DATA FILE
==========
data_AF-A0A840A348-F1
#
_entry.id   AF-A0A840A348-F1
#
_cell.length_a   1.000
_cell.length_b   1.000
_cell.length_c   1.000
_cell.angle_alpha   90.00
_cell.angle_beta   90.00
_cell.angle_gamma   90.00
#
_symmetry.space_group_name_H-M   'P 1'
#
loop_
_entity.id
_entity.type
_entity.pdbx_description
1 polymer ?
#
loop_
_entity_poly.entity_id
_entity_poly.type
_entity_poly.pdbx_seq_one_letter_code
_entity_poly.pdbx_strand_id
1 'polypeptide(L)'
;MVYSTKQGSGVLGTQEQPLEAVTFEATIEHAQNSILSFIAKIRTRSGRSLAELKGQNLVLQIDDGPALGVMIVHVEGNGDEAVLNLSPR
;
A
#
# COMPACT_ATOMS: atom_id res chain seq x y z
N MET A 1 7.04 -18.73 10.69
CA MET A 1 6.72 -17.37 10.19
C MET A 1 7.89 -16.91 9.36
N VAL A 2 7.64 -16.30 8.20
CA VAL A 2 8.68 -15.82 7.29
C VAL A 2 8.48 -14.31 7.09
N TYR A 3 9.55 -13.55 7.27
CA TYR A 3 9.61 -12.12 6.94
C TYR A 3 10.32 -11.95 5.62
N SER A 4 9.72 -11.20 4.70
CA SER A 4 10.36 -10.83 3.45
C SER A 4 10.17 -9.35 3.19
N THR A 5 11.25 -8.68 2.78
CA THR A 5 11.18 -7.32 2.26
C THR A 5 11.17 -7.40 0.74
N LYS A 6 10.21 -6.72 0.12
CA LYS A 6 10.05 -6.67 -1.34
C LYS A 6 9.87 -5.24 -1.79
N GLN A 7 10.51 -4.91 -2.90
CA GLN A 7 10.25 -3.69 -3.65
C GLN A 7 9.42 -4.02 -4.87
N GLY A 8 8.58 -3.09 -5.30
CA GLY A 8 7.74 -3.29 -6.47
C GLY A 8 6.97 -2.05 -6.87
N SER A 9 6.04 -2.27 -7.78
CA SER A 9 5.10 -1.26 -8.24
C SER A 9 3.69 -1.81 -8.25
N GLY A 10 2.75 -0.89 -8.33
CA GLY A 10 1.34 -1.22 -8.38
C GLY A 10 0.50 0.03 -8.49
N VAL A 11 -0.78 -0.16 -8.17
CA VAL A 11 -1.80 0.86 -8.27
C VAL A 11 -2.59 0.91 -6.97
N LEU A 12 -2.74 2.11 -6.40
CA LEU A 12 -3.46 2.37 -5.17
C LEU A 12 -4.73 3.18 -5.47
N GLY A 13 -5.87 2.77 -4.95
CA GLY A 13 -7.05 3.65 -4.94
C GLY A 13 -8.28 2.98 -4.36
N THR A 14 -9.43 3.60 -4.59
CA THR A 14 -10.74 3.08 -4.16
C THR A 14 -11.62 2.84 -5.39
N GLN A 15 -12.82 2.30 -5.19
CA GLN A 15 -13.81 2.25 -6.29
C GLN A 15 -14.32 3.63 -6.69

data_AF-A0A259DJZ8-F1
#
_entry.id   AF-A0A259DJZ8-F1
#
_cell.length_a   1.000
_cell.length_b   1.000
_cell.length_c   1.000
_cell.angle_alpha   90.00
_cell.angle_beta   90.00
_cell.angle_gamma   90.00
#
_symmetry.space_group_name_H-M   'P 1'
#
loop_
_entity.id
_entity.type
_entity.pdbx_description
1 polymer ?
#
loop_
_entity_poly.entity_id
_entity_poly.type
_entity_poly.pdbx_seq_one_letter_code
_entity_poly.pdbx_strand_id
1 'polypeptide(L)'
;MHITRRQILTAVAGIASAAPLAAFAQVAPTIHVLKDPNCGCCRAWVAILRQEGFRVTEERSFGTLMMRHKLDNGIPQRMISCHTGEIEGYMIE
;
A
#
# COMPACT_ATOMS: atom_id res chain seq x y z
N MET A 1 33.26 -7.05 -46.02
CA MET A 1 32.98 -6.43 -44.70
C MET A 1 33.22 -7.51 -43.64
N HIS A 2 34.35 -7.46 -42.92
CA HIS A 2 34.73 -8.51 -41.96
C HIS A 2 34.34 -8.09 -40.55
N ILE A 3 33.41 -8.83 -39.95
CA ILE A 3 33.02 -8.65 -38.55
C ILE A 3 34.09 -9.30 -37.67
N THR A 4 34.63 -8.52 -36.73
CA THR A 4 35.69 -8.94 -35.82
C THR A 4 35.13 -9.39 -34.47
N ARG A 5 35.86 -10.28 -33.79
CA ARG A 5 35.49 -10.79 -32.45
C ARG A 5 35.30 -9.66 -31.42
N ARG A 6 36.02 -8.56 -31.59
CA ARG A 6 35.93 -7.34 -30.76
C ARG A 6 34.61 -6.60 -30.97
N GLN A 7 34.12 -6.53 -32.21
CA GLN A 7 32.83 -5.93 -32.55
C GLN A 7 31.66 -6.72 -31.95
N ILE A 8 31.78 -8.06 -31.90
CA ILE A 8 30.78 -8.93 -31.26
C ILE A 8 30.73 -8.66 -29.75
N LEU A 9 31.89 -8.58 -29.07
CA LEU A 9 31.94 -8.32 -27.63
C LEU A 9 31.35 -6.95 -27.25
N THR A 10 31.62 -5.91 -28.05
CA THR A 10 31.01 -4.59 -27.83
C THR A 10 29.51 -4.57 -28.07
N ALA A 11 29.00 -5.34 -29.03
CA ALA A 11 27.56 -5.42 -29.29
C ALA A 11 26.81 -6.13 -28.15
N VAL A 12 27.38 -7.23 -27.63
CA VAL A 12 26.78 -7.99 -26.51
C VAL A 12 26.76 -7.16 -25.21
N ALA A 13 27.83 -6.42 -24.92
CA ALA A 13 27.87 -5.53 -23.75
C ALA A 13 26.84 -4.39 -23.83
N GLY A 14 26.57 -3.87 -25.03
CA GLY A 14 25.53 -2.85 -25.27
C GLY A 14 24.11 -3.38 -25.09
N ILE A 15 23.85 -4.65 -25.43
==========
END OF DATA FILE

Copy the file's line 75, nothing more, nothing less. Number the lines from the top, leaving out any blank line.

C GLN A 15 -14.32 3.63 -6.69